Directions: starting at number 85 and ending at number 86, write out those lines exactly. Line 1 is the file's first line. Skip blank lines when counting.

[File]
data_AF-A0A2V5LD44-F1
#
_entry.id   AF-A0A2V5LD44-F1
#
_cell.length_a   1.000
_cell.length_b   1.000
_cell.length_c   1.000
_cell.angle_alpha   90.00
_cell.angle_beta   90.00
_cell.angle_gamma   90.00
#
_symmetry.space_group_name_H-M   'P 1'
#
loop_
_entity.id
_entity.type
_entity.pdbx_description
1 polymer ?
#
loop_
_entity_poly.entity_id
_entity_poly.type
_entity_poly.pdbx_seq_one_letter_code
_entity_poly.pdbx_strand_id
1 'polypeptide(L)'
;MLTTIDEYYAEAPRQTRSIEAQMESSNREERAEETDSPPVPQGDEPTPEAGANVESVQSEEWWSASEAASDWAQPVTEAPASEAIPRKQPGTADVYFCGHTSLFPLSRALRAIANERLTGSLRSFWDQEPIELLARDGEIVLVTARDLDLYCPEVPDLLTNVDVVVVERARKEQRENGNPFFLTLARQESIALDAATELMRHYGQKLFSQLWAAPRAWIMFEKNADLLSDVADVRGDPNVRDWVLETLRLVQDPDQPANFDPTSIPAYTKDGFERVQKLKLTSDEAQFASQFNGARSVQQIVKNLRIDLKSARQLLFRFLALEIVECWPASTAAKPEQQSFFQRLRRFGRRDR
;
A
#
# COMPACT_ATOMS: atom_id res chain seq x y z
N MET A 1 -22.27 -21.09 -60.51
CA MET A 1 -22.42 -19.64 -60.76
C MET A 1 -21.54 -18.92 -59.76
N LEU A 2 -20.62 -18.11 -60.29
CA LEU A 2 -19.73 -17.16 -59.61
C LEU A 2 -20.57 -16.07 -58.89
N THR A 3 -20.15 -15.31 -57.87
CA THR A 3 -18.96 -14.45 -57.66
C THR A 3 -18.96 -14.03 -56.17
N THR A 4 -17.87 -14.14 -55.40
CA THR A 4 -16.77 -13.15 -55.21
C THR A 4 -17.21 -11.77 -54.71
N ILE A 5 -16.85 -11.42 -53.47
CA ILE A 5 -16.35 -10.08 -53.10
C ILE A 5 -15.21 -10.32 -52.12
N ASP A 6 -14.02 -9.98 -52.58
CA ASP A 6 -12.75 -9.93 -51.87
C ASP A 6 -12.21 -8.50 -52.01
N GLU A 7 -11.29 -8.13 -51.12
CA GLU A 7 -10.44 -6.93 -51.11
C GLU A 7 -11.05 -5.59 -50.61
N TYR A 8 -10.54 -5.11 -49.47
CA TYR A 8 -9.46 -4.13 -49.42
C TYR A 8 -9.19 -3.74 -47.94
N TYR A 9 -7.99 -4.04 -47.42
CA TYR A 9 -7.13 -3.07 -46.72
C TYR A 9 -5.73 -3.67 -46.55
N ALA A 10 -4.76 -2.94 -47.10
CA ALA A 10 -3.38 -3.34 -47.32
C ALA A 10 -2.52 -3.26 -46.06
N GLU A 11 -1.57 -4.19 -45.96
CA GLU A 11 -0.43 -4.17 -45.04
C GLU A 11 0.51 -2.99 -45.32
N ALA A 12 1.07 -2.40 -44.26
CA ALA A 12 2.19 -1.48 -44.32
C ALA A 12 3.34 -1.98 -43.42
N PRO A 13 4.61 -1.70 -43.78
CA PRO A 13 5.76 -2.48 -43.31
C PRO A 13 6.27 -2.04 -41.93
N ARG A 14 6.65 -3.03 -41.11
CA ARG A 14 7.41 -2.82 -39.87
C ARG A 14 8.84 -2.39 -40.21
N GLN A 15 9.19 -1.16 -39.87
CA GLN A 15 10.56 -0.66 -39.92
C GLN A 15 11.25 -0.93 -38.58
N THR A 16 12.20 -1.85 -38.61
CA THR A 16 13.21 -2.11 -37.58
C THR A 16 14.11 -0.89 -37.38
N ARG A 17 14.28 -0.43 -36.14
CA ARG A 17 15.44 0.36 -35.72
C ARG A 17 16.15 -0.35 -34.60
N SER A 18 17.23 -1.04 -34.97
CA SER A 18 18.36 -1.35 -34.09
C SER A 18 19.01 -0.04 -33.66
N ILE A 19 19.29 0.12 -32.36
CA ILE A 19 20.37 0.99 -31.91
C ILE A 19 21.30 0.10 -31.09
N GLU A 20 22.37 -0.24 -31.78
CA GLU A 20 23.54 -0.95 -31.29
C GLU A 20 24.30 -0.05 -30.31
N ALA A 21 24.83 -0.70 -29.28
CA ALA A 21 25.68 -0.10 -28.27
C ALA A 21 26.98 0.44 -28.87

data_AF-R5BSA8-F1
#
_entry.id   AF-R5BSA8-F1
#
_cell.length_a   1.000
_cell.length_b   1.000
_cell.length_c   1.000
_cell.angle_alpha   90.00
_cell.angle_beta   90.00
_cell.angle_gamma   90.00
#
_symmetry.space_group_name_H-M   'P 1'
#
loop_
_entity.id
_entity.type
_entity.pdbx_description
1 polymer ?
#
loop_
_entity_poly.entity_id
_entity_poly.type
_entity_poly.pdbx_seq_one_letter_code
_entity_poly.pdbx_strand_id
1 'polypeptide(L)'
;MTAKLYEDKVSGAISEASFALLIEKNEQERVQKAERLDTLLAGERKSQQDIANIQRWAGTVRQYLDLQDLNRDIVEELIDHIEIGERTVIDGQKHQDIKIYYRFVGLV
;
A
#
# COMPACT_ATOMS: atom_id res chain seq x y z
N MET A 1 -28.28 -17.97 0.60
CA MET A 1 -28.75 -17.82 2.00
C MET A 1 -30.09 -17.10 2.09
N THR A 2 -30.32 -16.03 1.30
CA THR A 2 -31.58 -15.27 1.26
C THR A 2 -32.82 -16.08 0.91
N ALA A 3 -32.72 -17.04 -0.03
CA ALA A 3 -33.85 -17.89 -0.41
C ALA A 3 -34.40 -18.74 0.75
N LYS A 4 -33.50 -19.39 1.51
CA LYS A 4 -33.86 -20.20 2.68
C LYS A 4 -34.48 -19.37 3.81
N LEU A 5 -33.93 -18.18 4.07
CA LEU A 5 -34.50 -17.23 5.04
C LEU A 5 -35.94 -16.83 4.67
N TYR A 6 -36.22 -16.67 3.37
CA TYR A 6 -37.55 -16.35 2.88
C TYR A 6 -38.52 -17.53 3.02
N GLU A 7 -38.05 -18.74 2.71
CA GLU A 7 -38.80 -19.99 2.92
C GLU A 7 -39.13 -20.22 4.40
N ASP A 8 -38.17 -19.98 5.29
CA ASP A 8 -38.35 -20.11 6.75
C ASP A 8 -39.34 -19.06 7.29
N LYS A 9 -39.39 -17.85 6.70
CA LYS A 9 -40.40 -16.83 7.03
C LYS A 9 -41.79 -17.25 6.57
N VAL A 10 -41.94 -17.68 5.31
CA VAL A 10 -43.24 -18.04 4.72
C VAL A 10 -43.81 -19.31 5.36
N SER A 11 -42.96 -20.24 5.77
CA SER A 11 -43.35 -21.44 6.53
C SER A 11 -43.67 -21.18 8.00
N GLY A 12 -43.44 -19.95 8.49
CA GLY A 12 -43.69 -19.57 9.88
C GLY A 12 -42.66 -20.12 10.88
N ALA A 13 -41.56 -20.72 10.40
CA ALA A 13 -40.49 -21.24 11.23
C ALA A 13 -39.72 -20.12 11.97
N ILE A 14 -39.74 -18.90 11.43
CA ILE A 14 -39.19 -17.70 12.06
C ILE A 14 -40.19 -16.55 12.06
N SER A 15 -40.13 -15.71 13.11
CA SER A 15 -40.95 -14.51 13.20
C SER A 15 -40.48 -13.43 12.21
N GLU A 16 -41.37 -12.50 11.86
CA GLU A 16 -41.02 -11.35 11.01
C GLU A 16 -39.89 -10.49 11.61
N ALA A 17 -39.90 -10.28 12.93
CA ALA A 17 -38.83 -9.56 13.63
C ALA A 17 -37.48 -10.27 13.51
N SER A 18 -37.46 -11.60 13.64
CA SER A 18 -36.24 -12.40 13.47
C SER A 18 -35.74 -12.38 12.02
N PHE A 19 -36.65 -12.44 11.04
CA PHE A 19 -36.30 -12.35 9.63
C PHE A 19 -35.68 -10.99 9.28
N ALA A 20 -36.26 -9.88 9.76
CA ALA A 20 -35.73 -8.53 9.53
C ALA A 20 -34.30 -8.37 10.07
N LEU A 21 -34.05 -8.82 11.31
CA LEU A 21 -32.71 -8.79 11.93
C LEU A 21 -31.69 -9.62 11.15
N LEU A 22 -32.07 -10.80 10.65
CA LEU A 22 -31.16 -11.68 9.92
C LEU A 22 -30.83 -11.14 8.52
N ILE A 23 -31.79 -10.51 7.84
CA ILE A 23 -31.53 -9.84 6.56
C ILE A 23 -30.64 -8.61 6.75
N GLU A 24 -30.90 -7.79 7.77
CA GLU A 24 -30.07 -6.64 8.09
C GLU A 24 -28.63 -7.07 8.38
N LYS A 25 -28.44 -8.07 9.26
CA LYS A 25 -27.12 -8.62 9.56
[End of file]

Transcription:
N ILE A 19 19.29 0.12 -32.36
CA ILE A 19 20.37 0.99 -31.91